From his screenplays for Being John Malkovich and Eternal Sunshine of the Spotless Mind, to his directorial efforts Synecdoche, New York and Anomalisa, audiences have come to understand that turning on a Charlie Kaufman movies means—for better or worse—discovering something they’ve never seen before. His work is so intrinsically tied to a sense of originality that a 2010 book on his career was titled Confessions of an Original Mind. So for many Kaufman fans, myself included, it was surprising to hear that his latest film would be an adaptation of a novel, Ian Reid’s 2016 debut I’m Thinking of Ending Things.
While it’s true that the story originated in Reid’s mind, and its premise—a woman has dinner with her boyfriend’s family for the first time—is deceptively simple, this film keeps the audience on their toes as much as any Kaufman project. It’s mostly a two-hander between our protagonist, a young woman (Jessie Buckley), and her boyfriend of about six weeks, Jake (Jesse Plemons). They drive toward Jake’s childhood home, a rural farmhouse, as snow pelts the windscreen. The couple’s conversation is fast and intellectual, thick with references to and quotations of famous poets or authors or philosophers. Their patter is interrupted by the woman’s inner monologue, wistfully narrated by Buckley, as she wonders whether or not she should break things off with Jake. Right off the bat, Kaufman’s screenplay is dialogue-heavy, as if he’s challenging the viewer to keep up with him as he laces the dialogue with clues that will become important later.
The funniest, most entertaining portion of the journey is when they reach Jake’s parents’ house, and a quartet of world-class actors—Buckley, Plemons, Toni Collette, and David Thewlis—have the opportunity to bounce off each other around the dinner table. Colette and Thewlis give hilariously strange performances as Jake’s parents, which stand in contrast to Buckley’s and Plemons’ more subdued turns. Thewlis, in particular, is a comedic delight as an aging man whose body twitches and twists like it’s made of rubber, and who enjoys an alternative sense of humor (“Let’s eat, or the food will be as cold as a witch’s tit in a brass brassiere”). These group scenes are equal parts humorous and eerie, as the impeccable timing of the performers and the edit creates silences that are more than just awkward—they hint at sinister things left unsaid between the family.
There’s something off in I’m Thinking of Ending Things; a viscerally upsetting undercurrent that courses through the entire film. Kaufman disrupts our sense of continuity by constantly changing tiny details about his characters: one moment Buckley’s character is called Lucy, then Louisa, then Lucia; she’s a poet, then she’s a painter, then she’s a physicist. And visually, Plemons and Buckley’s outfits change several times throughout in a way that’s barely perceptible. These are subtle clues that the film exists in a psychological rather than literal space, so nothing we see or hear can be trusted. One of the true stars of the production is cinematographer Lukasz Zal (Cold War, Ida), who makes a car ride through a snowstorm feel like a hellish journey into the darkest recesses of the mind by surrounding the vehicle with a deep pit of blackness within the boxed-in 1.33:1 frame.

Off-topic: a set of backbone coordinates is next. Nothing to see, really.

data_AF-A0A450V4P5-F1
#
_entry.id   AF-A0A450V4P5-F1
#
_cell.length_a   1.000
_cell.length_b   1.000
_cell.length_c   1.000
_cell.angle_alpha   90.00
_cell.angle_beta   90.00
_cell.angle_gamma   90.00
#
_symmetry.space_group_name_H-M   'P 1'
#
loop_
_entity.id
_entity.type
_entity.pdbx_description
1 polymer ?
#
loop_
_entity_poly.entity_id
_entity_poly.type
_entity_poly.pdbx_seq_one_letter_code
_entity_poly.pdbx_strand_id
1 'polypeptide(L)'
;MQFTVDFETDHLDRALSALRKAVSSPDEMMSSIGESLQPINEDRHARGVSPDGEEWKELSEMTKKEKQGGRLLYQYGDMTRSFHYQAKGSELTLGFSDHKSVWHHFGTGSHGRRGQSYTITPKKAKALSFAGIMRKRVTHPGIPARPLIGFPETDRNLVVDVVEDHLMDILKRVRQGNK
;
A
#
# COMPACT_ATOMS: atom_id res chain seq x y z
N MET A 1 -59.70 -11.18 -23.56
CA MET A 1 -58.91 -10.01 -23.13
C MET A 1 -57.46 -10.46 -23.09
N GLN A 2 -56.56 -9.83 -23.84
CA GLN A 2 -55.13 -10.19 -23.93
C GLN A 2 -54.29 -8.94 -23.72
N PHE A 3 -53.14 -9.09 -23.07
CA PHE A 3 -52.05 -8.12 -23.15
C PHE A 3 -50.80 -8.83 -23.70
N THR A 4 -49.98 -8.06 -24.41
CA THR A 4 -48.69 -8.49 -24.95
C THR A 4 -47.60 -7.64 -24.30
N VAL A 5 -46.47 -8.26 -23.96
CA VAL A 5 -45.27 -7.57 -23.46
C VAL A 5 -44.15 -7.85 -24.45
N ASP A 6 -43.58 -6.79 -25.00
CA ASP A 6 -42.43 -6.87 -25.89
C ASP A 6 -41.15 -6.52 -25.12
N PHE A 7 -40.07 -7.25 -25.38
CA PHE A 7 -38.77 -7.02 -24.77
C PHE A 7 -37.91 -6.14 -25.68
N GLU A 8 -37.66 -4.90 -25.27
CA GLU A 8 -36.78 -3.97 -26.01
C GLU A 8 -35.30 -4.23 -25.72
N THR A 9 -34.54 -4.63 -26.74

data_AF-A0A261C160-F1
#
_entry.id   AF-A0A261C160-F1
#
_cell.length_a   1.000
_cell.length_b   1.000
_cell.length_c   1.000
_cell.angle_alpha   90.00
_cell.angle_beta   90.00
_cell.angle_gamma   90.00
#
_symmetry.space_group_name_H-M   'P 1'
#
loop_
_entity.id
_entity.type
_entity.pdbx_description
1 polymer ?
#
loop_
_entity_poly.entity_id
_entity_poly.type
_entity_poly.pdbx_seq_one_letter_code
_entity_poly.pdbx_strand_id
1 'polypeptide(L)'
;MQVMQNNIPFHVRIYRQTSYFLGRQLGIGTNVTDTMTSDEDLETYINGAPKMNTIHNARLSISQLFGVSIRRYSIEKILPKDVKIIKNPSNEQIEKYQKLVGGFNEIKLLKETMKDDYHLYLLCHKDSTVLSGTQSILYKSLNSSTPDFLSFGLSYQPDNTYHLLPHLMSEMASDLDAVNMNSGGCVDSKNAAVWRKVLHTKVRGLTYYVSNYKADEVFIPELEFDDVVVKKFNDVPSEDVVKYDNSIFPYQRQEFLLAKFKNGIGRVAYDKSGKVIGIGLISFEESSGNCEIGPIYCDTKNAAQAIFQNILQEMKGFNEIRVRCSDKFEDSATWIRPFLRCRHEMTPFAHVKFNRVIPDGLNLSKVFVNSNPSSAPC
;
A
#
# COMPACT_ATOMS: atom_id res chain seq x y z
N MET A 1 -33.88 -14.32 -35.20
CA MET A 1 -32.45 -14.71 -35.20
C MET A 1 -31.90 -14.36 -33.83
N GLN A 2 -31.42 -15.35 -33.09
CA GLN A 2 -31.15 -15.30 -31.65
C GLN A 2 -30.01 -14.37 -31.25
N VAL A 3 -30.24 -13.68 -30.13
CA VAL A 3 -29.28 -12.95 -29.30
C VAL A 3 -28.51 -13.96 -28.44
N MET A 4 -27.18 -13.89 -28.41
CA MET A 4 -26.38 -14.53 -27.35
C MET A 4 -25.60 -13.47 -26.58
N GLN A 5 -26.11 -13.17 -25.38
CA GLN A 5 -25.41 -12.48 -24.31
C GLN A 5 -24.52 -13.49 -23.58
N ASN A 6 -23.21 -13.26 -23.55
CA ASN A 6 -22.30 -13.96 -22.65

I’m Thinking of Ending Things is a puzzle box of a movie, one I’m still desperately trying to prise open, but one of its many layers is a metatextual comment on the concept of “originality” itself. The film is a curious case: an utterly original work made up almost entirely of unoriginal elements. Kaufman keeps a lot of Reid’s stream of consciousness dialogue (or inner monologue) intact, and almost all of Kaufman’s additional dialogue is about other works of art: a poem by Eva H.D., a review by Pauline Kael, references to David Foster Wallace, Robert Zemeckis, Billy Crystal, Tolstoy, and Oklahoma! Kaufman even plays with different genres, from horror to rom-com to ballet to musical theatre to animation—it’s a joy to watch and a complete mindfuck. It feels like Kaufman is unspooling his personal anxieties about the pressure to be original when so much of what an artist creates is just a collage of different influences.
Cinephiles will undoubtedly spend the rest of the year and beyond trying to decipher what I’m Thinking of Ending Things means—and I’m wary that Kaufman is trying to say so many things that, when it comes down to it, he doesn’t have a precise ‘meaning’ at all. But it does have an atmosphere—of dread and fear—as present and palpable as any other film this year, and one that presciently matches the mood of 2020 in general. Like so much of Kaufman’s work, it’s a movie about characters who can’t stop thinking about death, and he teases out that existential dread as well as any horror filmmaker. Both times I’ve watched I’m Thinking of Ending Things, it’s left me feeling off-kilter, its last images lingering in my mind and the haunting final notes of Jay Wadley’s score ringing in my ears. This one will polarize viewers, but nobody can call it forgettable.
I’m Thinking of Ending Things arrives on Netflix on September 4.